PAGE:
The average long-term U.S. mortgage rate edged down for the first time in two months following a swift ascent to levels that have not been seen in more than a decade.
After seven weeks of increases, the average rate on a 30-year mortgage inched down to 5.1% from 5.11% last week, mortgage buyer Freddie Mac reported Thursday. Last week’s average rate was the highest since April of 2010. One year ago the 30-year rate stood at 2.98%.
Federal Reserve officials have signaled that they will take an aggressive approach to fighting high inflation, saying that half-point interest rate hikes, rather than traditional quarter-point increases, “could be appropriate” multiple times this year. The Fed raised its main borrowing rate by a quarter-point in March, its first increase since late in 2018.
Last week, the National Association of Realtors reported that sales of previously occupied U.S. homes fell in March to the slowest pace in nearly two years with surging mortgage rates and record-high prices sidelining would-be homebuyers just as the spring buying season begins.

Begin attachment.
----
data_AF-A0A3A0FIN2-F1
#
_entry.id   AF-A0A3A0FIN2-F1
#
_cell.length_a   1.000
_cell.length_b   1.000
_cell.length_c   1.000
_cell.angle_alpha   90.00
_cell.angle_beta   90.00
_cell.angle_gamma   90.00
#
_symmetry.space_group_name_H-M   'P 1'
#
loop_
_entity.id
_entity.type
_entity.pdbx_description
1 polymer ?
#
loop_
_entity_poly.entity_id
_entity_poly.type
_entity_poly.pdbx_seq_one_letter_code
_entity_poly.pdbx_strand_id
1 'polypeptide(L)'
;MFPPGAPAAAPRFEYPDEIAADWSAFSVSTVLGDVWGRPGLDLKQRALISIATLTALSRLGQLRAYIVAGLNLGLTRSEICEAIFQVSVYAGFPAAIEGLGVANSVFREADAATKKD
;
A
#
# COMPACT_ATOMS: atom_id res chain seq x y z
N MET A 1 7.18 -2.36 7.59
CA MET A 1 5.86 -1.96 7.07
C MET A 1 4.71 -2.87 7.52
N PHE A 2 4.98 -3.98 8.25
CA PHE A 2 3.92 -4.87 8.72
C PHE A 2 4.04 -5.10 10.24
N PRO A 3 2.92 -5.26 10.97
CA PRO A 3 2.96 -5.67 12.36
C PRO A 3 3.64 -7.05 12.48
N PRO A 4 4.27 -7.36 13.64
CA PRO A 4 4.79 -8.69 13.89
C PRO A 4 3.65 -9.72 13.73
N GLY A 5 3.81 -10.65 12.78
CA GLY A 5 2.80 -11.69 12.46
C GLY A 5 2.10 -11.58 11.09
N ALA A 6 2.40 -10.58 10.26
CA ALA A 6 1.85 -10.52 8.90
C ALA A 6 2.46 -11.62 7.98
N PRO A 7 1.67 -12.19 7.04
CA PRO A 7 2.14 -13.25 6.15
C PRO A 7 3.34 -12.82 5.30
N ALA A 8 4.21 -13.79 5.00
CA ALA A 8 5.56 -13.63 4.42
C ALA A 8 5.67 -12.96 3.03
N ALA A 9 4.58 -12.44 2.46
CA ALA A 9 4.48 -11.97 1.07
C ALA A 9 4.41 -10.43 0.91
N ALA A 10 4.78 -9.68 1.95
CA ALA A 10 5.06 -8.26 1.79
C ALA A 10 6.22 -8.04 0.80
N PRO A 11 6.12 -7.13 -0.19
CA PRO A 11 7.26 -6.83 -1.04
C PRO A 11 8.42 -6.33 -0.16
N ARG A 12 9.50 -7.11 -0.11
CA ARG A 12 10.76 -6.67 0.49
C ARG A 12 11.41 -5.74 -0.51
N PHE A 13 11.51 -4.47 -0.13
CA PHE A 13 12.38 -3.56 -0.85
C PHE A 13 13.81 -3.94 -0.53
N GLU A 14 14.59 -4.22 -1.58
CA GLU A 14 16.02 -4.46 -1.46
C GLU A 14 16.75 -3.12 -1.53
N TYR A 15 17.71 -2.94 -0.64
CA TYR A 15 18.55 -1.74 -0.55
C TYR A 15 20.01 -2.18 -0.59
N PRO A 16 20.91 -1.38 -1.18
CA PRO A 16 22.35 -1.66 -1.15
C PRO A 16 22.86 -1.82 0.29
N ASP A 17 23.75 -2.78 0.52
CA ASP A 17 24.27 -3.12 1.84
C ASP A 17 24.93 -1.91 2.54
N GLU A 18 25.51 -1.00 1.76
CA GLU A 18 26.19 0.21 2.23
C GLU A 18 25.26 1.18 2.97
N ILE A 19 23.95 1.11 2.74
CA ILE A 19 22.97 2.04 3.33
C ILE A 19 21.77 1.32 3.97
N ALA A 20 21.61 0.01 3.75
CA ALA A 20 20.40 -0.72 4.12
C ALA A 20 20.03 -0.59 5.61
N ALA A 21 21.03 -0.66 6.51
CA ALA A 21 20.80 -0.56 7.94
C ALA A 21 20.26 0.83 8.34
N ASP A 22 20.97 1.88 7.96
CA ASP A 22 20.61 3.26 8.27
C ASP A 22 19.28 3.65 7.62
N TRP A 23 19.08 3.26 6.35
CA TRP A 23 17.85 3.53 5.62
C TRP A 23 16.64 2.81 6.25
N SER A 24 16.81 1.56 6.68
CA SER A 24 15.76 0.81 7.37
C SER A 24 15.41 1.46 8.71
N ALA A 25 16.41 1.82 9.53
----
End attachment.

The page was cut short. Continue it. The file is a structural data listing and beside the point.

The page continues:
Median home prices in March jumped 15% from a year ago at this time to $375,300. That’s an all-time high on data going back to 1999, NAR said.
With inflation at a four-decade high, rising mortgage rates, elevated home prices and tight supply of homes for sale, homeownership has become less attainable, particularly for first-time buyers.
“The combination of swift home price growth and the fastest mortgage rate increase in over forty years is finally affecting purchase demand,” said Freddie Mac’s Chief Economist Sam Khater.
Some economists suggest that home sales this year could decline as much as 10% from 2021 levels.
Freddie Mac reported that the average rate on 15-year, fixed-rate mortgages, popular among those refinancing their homes, rose to 4.4% from 4.38% last week. One year ago it stood at 2.31%.
Matt Ott is an AP Business Writer.